Sherwin's Mathematical Tables: Contriv'd After a Most Comprehensive Method: Containing, Dr. Wallis's Account of Logarithms, Dr. Halley's and Mr. Sharp's Ways of Constructing Them; with Dr. Newton's Contraction of Brigg's Logarithms

Front Cover
W. Mount, and T. Page, 1742 - Logarithms - 110 pages
1 Review

What people are saying - Write a review

User Review - Flag as inappropriate

This is a fascinating book. I have a an origional copy dated 1717 and printed in Tower Hill, London.
It is in three sections. The first is " Of Logarithms, Their Invention and Use" the second part is
the actual "Mathmatical Tables" which is nearly 300 pages of tables consisting of Logarithms, NaturalSines, Tangents and Secants, Tables of natural Versed Sines and a Table of Difference of Lattitude. these were printed by S Bridge at Hermitage Stairs in Wapping in 1705. The final section is titled "some uses of the preceding Tables. This section is has a final passage entitled "The propositions of Navigation that occur in the Practice of Sailing by Mercator.
This is all bound in one old volume and I would love to know more about it

Selected pages

Other editions - View all

Common terms and phrases

Popular passages

Page 2 - ... places both in the multiplicand and multiplier; then all the figures on the left hand of the point make the whole number, and those on the right a decimal fraction.
Page 45 - But it is to be noted, that both the complements of the latitudes are to beeilimated from the fame pole of the world ; which may be from either ; and therefore if one latitude be N, and the other s, to have their complements, you muft add 90 to one of them, and fubtra<St the other from 90, and then the operation will be the fame as in the preceding cafes.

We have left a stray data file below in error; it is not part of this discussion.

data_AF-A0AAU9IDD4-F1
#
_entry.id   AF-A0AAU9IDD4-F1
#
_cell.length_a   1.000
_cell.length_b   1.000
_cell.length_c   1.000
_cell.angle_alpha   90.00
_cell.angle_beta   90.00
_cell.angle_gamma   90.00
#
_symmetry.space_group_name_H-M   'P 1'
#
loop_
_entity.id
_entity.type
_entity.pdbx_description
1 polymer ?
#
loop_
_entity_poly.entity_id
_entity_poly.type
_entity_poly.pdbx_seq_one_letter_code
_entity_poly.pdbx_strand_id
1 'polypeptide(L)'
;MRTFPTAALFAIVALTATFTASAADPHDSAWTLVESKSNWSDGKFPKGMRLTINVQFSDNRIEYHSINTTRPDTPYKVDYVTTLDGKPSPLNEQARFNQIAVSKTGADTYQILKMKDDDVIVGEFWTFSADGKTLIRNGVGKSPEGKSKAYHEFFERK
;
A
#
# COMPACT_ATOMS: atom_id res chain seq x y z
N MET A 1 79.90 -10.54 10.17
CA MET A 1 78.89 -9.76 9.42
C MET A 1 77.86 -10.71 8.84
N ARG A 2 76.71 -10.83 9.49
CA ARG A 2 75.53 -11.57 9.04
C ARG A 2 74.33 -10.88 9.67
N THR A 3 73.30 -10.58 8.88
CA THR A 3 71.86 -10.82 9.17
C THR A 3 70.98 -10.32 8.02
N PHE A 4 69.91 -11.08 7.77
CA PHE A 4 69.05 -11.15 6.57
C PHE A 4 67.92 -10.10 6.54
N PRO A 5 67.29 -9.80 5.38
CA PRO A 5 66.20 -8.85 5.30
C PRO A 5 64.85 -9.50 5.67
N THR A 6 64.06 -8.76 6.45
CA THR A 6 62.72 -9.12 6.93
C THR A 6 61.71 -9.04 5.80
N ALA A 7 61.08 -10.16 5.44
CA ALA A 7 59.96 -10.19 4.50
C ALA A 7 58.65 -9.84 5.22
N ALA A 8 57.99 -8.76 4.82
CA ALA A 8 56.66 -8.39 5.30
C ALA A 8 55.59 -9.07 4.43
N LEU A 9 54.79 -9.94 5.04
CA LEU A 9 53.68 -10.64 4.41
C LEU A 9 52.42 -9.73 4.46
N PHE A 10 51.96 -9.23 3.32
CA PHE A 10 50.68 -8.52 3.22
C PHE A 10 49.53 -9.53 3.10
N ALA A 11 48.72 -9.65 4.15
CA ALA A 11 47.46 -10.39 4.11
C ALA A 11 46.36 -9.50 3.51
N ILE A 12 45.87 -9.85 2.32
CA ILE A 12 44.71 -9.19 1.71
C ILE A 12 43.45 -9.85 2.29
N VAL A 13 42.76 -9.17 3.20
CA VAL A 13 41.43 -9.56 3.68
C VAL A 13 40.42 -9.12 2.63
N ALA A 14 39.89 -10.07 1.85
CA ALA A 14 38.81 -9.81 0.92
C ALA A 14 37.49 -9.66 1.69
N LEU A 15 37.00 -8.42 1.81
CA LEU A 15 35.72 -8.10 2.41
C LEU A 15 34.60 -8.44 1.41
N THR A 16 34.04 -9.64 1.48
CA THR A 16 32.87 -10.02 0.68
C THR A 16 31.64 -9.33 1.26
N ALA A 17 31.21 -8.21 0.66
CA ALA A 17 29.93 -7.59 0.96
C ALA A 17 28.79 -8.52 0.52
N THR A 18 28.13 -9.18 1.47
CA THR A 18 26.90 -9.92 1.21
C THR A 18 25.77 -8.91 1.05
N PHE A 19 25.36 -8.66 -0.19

Page 11 - Now thefe rativncula are fb to be underflood as in a continued Scale of Proportionals infinite in Number between the two terms of the ratio, . which infinite Number of mean Proportionals is to that infinite Number of the like and equal...
Page 43 - ... 9" with the meridian. And 3dly. That the differences of longitude on different rumbs, are to one another as the tangents of the angles of those rumbs with the meridian. Hence it follows, that the difference of the log. tangents of the half complements of the latitudes, is to the difference of longitude a ship makes in sailing on any rumb from the one latitude to the other, as the tangent of 51 38
Page 11 - EVOLUTION BY LOGARITHMS. RULE. Divide the logarithm of the number by the index of the power; the quotient will be the logarithm of the root sought. But if the power whose root is to be extracted is a decimal fraction less than unity, prefix to the index of its logarithm a figure less by one than the index of the power...
Page 2 - In division the work is the same as in whole numbers ; only in the quotient, separate with a point, so many figures to the right hand, for a decimal fraction, as there are fractional places in the dividend, more than in the divisor, because there must be so many fractional places in the divisor and quotient together, as there are in the...
Page 13 - Step alone is capable to give the Logarithm of any intermediate Number, true to all the Places of thofe Tables. After the fame manner, may the Difference of the faid two...
Page 46 - Alfo when both Latitudes are of the fame name, (that is both North, or both South) you may add 90 degrees to each of them, the difference of the...
Page 12 - Now, though the Notion of an Infinite Power may feem very ftrange, and to thofe that know the difficulty of the Extraction of the Roots of High Powers, perhaps impracticable ; yet by the help of that admirable Invention of Mr.
Page 7 - And if the given number be a proper vulgar fraction ; subtract the logarithm of the denominator from the logarithm of the numerator, and the remainder will be the logarithm sought ; which, being that of a decimal fraction, must always have a negative index.

Bibliographic information